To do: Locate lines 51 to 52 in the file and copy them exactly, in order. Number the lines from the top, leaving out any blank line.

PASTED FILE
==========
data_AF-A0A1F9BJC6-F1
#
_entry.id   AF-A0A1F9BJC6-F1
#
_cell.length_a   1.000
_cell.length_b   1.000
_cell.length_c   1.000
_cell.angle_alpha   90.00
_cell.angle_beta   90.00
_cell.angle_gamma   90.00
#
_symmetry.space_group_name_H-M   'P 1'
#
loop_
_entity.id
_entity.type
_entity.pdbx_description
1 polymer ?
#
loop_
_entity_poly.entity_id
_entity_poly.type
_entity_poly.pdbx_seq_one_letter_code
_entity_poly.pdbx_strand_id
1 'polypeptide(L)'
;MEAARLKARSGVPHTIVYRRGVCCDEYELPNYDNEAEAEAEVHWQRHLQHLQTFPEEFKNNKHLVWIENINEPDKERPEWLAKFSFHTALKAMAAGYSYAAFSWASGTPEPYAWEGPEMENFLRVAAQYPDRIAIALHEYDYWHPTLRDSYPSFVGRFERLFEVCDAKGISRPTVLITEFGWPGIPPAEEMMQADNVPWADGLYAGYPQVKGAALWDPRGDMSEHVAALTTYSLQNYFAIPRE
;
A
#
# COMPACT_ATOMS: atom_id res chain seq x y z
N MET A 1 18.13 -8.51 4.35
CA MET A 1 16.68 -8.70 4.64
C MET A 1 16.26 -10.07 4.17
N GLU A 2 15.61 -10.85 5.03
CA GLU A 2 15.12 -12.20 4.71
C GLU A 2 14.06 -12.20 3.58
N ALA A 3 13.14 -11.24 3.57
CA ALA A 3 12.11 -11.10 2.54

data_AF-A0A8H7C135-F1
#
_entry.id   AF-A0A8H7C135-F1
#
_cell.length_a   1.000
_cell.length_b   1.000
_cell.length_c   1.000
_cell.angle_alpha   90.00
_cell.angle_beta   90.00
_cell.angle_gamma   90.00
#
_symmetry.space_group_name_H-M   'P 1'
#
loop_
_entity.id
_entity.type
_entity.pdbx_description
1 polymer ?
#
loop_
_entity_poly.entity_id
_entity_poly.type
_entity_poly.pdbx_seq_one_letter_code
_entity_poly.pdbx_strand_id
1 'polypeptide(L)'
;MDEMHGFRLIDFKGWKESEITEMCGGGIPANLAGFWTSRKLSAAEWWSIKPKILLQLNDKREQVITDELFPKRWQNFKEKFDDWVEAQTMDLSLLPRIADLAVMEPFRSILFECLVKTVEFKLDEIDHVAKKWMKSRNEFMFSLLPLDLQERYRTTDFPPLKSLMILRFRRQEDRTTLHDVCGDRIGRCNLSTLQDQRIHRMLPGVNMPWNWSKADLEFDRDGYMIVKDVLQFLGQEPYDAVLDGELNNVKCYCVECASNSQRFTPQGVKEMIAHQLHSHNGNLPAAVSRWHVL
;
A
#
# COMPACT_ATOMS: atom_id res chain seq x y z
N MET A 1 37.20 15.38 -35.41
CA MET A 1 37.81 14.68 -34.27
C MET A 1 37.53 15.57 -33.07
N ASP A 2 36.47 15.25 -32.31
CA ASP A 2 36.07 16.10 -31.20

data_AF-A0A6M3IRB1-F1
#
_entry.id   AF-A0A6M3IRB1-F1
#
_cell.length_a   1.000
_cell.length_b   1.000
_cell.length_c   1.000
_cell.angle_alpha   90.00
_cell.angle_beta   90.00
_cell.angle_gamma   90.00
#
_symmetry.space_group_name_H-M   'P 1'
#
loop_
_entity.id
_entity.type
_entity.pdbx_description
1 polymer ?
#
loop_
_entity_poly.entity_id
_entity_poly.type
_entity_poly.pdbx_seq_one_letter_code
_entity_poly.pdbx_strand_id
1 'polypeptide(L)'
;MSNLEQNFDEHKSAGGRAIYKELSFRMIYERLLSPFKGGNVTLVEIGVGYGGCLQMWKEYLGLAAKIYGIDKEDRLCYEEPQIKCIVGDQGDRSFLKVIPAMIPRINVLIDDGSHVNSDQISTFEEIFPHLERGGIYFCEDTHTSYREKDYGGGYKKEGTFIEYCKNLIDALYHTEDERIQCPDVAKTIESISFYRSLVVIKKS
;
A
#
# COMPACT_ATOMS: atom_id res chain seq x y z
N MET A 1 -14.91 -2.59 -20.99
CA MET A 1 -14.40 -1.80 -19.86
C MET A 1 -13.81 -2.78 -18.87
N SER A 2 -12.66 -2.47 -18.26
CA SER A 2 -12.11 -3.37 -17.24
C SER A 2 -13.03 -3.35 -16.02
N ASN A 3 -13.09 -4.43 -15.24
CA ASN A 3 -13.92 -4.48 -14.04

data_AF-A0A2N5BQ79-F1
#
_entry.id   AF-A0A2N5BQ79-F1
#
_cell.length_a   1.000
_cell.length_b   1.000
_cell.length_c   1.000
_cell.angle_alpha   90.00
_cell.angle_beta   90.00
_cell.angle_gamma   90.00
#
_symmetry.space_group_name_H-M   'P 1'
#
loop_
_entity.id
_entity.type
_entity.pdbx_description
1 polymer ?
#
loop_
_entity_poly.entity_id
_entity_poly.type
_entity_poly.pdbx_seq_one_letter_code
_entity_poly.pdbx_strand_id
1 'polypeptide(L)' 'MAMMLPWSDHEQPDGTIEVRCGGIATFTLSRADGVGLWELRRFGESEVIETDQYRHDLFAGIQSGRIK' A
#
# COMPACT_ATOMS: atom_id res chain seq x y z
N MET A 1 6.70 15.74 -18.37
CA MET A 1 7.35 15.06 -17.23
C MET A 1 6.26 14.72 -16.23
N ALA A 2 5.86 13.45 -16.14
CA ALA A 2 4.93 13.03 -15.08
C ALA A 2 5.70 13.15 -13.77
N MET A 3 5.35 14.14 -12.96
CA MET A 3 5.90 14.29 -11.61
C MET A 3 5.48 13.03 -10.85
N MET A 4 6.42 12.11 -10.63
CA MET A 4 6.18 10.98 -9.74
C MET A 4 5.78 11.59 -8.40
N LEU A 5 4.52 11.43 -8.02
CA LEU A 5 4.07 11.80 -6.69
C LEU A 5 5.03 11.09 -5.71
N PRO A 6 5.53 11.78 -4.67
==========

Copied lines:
#
loop_